Have Public Schools Failed us

When I was in high school, I was an academic competitor in every sense of the term. If there was any academic competition that I was interested in, I probably had tried it or at least researched it. This gave me a chance to face students from other schools in my city, other schools in my state, and other schools in the nation. Most importantly, I was able to compete against not only the best public schools but also the best private schools.

Public schools against private schools? Certainly that was a recipe for disaster! Actually, I didn’t necessarily find the stereotype of private high schools yielding better students than public high schools to be true. There certainly were a few powerhouse private high schools, but by far, my most serious competitors came from public schools just like I did.

I often felt, however, that my school didn’t support my team or myself as well as they could. Would I say public school failed me?


It’s not so easy to say that public schools in general have failed students. There are excellent and less-than-excellent examples of schools across the nation, and where one school might lack, it may have another area at which it excels.

If a public school does fail its students, then most likely it is not because of the teachers at that establishment. I know my school’s teachers certainly were passionate about their jobs and they knew their material. I can say that I enjoyed learning from most if not all of my AP teachers; they most certainly weren’t the problem.

What is the deal then? For one, there were…of course…other teachers who didn’t necessarily share the zeal of the former teachers. There were other teachers who simply weren’t competent in the material – trust me, it’s not comforting to hear a teacher say that he cannot pass the AP test for the subject he teaches.

However, I don’t think that teachers are the only problem, and they probably aren’t the majority of the problem. Instead, one thing I remember consistently was having to fight with the school administration. Schools today are mired in so many bureaucratic rules to fit in with even more bureaucratic laws that are out of touch with the needs of students that the schoolhouse has actually ceased to be the ideal environment to learn. Teachers are expected to teach to some kind of standardized test and hope that they can show noticeable improvement in these tests each year – or else they should expect cuts in school funding. Now, teachers don’t teach in a fun and engaging way because the law requires them to teach according to certain standards. Since students don’t respond well to these kinds of out-of-touch standards, the administrations dumb down the standards in a vicious cycle and education itself becomes meaningless.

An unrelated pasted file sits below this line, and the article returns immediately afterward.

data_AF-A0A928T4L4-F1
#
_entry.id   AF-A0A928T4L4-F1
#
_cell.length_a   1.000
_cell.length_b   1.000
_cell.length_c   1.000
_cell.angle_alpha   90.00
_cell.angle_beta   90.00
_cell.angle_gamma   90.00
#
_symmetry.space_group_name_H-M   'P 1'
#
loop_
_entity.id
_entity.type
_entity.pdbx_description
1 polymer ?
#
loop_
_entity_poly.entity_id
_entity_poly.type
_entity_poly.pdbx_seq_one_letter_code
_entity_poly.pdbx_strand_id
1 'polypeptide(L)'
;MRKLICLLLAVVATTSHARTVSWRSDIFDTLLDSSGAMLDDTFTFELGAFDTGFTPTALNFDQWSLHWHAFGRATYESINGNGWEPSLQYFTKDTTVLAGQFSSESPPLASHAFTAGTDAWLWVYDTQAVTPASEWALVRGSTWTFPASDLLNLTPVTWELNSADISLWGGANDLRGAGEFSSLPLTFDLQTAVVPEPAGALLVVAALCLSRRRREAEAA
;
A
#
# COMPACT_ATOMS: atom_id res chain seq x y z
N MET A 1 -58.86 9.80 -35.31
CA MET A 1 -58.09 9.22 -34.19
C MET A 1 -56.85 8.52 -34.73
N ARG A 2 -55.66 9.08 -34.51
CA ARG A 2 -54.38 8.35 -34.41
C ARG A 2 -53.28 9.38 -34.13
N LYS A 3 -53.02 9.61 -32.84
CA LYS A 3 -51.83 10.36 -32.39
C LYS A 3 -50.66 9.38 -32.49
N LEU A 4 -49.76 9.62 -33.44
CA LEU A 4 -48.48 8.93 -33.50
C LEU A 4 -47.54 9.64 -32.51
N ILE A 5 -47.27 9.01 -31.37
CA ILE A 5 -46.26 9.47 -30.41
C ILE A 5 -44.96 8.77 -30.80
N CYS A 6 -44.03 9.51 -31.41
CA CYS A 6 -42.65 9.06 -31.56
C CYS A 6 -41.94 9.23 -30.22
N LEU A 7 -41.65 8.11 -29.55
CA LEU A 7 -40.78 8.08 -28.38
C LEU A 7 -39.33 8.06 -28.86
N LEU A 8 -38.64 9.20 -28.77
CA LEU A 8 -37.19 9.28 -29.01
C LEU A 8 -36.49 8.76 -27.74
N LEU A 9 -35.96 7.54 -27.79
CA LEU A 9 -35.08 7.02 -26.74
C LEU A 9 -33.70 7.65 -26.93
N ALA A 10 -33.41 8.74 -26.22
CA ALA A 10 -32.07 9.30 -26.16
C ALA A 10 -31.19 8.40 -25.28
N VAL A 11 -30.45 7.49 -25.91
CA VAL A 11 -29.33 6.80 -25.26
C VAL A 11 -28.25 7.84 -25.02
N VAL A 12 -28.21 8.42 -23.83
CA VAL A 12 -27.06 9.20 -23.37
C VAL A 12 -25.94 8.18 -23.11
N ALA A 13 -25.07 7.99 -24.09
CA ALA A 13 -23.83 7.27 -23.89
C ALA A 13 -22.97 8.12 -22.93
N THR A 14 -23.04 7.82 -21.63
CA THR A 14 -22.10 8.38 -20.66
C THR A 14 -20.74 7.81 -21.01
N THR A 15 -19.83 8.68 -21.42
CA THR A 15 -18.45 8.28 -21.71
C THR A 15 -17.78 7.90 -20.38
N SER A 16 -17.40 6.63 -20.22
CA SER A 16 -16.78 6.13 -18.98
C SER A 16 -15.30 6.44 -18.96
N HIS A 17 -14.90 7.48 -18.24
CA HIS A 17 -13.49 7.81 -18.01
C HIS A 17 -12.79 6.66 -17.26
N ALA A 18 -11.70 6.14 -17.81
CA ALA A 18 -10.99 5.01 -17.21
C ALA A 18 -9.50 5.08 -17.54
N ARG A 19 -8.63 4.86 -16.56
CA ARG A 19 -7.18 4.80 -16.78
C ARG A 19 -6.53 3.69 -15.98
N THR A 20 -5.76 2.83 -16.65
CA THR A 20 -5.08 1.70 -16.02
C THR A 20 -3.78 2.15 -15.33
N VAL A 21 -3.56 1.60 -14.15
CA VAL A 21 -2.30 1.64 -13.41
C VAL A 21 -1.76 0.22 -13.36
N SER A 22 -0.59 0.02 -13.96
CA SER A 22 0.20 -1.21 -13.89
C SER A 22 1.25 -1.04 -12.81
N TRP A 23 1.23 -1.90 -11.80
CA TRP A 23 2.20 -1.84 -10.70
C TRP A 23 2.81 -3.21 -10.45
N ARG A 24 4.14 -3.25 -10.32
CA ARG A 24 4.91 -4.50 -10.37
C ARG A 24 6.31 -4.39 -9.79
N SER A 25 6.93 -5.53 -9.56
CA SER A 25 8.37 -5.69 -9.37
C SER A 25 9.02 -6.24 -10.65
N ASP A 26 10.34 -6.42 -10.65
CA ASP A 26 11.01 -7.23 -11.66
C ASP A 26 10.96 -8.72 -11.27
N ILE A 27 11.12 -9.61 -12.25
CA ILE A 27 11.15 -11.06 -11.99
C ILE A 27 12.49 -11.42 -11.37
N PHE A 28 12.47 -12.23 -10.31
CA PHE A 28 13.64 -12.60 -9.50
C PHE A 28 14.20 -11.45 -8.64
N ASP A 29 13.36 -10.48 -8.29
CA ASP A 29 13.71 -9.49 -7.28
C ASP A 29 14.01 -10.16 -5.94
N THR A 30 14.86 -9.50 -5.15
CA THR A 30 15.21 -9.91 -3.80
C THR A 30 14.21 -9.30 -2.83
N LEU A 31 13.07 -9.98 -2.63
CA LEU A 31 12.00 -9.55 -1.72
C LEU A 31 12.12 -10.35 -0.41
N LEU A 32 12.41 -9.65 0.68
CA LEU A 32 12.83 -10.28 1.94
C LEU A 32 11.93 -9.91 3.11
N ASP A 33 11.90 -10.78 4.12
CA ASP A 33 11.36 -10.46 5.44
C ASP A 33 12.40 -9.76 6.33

It sounds depressing. However, it seems the perfect panacea to raise private schools as a beacon of what education should be: after all, they are not bound by the same bureaucratic limitations that public schools are, so doesn’t it follow that they will have more creative teaching styles, more able teachers, and more successful students? That’s what private school advocates would believe, of course, and maybe there is some merit to this belief.

However – and this is critical – there is nothing intrinsically different about private schools that make them *better* than public schools that public schools couldn’t change. After all, there are indeed public schools that compete as big fish in the big education pond.